When Animoto launched its Education Program earlier this year, offering access to premium features free of charge to educators, it became obvious that Animoto had great potential as a powerful educational tool.
Earlier this term I looked at using video as an assessment tool and discovered how powerful video can be when you allow your students the freedom to be creative with only the simplest of briefs: this is your topic, go and create.
Animoto lends itself tremendously easily to this philosophy, as it allows students to work creatively towards a given goal: learning Spanish in this case. The video above was the first to be handed in (via Edmodo).
This is why I decided to keep returning to Animoto regularly with different year groups as way to exploit the enthusiasm and creativity that students show when using technology and harness it so that some of it would transfer to the relatively less exciting task of extended writing and practising oral pronunciation in a foreign language.
Once more the brief was simple:
- Write 200 – 250 words on How we can improve the environment in Spanish
- Create an Animoto photo montage
- Record your script, edit and mix it using Audacity and upload it to Animoto
Click here to read the original instructions in a post in our subject blog.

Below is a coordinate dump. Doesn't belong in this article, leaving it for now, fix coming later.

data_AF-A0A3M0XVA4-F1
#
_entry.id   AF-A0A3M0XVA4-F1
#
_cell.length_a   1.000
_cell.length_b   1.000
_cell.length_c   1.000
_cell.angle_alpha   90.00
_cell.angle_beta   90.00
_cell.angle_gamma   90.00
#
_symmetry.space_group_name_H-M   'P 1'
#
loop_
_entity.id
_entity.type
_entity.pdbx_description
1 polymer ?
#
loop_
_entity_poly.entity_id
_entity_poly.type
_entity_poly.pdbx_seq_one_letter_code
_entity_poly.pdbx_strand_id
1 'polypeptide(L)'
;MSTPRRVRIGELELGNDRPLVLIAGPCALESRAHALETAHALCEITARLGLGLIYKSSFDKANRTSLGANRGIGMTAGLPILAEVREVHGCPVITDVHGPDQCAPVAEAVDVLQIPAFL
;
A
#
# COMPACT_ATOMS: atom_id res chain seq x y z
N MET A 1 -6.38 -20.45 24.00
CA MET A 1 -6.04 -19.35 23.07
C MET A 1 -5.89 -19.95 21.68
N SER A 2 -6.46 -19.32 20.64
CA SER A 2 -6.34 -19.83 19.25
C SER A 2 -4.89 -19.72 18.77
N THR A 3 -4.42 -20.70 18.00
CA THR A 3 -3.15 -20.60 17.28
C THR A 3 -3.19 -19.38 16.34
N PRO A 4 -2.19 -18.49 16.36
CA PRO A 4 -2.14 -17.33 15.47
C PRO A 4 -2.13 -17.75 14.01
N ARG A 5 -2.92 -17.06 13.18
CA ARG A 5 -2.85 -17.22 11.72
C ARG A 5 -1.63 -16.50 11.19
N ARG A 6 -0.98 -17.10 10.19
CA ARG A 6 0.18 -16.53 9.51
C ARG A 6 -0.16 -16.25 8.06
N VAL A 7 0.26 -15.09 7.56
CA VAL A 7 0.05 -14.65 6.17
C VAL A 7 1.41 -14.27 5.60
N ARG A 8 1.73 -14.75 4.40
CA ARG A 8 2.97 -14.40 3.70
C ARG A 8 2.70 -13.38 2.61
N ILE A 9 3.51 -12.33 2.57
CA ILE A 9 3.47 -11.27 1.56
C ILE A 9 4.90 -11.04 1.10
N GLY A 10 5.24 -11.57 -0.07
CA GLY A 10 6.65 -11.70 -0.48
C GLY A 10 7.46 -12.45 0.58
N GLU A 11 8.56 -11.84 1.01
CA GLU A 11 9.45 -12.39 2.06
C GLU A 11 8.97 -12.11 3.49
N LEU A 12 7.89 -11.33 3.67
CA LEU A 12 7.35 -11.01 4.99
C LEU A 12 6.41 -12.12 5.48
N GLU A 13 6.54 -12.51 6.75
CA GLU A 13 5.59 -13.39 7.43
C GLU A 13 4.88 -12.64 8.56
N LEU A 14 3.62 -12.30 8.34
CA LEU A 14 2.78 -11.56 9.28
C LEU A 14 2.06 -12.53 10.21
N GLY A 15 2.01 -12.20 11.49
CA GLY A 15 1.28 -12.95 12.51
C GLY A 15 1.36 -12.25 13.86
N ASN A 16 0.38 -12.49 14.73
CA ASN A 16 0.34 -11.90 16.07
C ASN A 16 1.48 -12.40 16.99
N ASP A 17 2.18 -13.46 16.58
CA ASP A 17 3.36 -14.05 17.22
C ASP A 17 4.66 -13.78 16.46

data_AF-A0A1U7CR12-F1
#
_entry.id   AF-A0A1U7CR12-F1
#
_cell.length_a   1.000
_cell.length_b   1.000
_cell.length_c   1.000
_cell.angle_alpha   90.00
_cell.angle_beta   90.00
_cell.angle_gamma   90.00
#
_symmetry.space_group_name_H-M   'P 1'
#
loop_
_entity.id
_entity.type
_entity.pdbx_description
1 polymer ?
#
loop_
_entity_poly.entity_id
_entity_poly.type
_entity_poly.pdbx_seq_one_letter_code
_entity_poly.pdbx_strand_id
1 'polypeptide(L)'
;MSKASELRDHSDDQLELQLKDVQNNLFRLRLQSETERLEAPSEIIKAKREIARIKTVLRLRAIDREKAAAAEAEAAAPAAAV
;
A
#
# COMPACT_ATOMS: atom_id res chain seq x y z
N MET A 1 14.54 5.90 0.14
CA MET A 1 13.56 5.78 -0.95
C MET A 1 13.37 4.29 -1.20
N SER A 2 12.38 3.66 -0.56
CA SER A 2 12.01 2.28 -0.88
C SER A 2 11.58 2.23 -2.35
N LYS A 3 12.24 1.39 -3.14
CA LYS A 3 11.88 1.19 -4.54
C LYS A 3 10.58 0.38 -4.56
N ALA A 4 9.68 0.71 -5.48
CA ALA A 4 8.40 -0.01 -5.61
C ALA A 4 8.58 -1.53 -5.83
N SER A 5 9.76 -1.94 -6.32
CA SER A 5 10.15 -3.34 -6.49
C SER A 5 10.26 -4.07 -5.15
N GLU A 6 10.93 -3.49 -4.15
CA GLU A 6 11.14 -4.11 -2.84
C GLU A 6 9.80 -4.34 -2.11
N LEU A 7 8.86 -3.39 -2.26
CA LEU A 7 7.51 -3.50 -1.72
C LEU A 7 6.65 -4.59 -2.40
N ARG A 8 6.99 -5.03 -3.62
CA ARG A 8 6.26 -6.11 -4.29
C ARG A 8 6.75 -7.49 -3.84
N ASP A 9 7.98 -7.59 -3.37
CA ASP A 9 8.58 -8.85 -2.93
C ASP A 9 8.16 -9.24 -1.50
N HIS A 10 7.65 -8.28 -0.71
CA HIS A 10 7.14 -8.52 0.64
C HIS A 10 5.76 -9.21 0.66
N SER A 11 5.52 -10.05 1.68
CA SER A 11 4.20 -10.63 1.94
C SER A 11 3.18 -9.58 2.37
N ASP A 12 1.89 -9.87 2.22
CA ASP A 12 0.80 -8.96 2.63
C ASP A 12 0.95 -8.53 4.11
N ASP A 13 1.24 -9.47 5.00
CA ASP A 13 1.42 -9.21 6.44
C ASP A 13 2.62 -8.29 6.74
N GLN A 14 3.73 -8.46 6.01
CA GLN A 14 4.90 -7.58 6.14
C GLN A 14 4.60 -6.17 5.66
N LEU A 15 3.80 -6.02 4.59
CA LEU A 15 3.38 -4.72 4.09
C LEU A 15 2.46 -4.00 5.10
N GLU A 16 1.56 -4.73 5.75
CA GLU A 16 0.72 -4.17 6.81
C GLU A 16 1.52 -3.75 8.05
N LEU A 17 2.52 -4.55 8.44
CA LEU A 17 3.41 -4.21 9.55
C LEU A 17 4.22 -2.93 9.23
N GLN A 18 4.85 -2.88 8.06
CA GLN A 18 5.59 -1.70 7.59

Why do it this way?
Firstly, it fits nicely with my schemes of work. We had just completed the topic The Environment and were about to start the topic Technology, which allowed me to introduce the Animoto Challenge -El Desafío Animoto- in the target language, bringing up and highlighting all the vocabulary that my students had to learn in this new topic anyway, such as: upload, download, website, save, record, etc.
Secondly, in doing it this way, the students learn some skills which they will find useful outside my subject, such as recording and editing sound or using online video editing tools. These are transferable skills which can be applied in any subject or, indeed, in any situation, in and beyond education.
Thirdly, students get an enormous sense of achievement at the end of the process. They are proud of their work and, to top it all, their work can be showed off to friends, family and discerning educators such as yourselves ;).
If you are interested in seeing some more of my student’s work, visit our subject blog.
What do you think? Are you doing similar stuff? I’d love to find out if you are!